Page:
On July 30, 2021, October 8, 2021, and November 12, 2021, ODAFF issued an update based on its findings of Listeria monocytogenes in finished raw milk and raw dairy products. The company issued a notice to suspend the license. Additionally, ODAFF conducted an investigation and records review of their facility on December 6, 2021, and found that they had issued license suspension notices four times in the past 24 months involving recalls related to the presence of adulterated pathogens in their raw milk and raw milk products. Currently, ODAFF has not lifted the 12 November 2021 suspension notice; therefore, their retail raw milk and retail raw milk products sales licenses remain suspended.

Current Good Manufacturing Practice:

1. The company did not keep the factory clean and hygienic as required. Specifically, during the inspection, FDA investigators observed the following:

a. After cleaning (redacted), food residues including protein films were observed along the milk level in (redacted). Their milk tanks and (REDACTED) are shared equipment used to process raw and pasteurized milk and cheese products.

b. Their (redacted) cubicle has no hard pipes under the sink, so the water drains to the floor and flows through the processing chamber to their sewers. Standing water was observed near their milk filler and (REDACTED).

c next to the cracked floor. The company’s exhaust fans and drawstrings were rusted and dusty. Exhaust fans and drawstrings are located directly above the storage area for cleaning cheese processing equipment.

d. (REDACTED) The compartments on are in a deteriorated state with metal chips, rust and mold-like substances. Cleaning equipment and shrubs are placed directly on this compartment.

e. Hoses used to flush milk and cheese processing equipment were observed in pool water on the floor.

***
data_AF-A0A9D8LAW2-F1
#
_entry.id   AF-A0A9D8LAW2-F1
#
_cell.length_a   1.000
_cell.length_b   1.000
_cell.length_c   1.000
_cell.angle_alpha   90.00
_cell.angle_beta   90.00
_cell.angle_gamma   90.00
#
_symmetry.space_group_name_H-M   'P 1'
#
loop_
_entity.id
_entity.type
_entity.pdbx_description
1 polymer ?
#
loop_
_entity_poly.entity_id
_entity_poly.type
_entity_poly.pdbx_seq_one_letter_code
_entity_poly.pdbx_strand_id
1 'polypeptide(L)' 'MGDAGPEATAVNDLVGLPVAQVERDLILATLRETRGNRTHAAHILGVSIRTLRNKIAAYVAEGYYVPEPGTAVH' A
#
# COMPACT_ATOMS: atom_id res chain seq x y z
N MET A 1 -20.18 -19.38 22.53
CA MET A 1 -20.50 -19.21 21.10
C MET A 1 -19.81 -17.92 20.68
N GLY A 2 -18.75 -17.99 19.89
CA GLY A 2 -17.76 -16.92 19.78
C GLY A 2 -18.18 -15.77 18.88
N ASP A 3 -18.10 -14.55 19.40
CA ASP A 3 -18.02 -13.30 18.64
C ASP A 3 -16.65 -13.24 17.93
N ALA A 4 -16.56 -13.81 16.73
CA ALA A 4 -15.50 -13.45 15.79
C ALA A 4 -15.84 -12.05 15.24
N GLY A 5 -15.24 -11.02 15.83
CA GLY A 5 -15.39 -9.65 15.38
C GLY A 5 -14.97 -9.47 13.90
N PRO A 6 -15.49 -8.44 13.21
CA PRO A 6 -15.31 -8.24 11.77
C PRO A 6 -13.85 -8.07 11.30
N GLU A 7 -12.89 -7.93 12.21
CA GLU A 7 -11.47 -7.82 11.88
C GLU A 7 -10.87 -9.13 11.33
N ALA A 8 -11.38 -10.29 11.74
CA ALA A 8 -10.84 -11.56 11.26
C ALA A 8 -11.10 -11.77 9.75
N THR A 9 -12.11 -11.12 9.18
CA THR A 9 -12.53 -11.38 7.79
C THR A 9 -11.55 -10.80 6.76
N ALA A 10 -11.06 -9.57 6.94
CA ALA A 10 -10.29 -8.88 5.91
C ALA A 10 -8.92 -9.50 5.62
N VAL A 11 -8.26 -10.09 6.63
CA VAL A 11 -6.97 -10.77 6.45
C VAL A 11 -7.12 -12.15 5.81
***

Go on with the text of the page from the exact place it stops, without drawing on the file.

f. Walls, ceilings, floors and doors in their walk-in coolers were badly damaged, dusty and stained with a mold-like substance.

g. Use tape and plastic bags on the handling equipment to cover the ejector bars located on (REDACTED) and the motor or its milk filling machine.

H. A piece of wood that supports the bottom of the capper was soiled with a mold-like substance, badly deteriorated, and soaked in damp pool water. Also, their capping machine is rusted and the paint is peeling throughout the machine.

2. The company failed to remove pests from its food plants as required to prevent food contamination.

Specifically, FDA investigators observed flies throughout its facility, including in the milk filling room and cheese processing room. These flies were observed to land on food contact surfaces of their milk/cheese processing equipment, including milk fillers, pipes that transport milk, and inside of (REDACTED) .

In addition, FDA investigators noted that only a door separates their company’s milking parlour from the milk filling room, which fills and stores raw and pasteurized milk. FDA investigators observed more than 100 flies in their dairy area, even when not in use. When their employees entered the milk filling room from the dairy, FDA investigators observed several flies flying into the room. Additionally, the FDA observed gaps in the outer door leading to the milk filling chamber, a potential entry point for flies.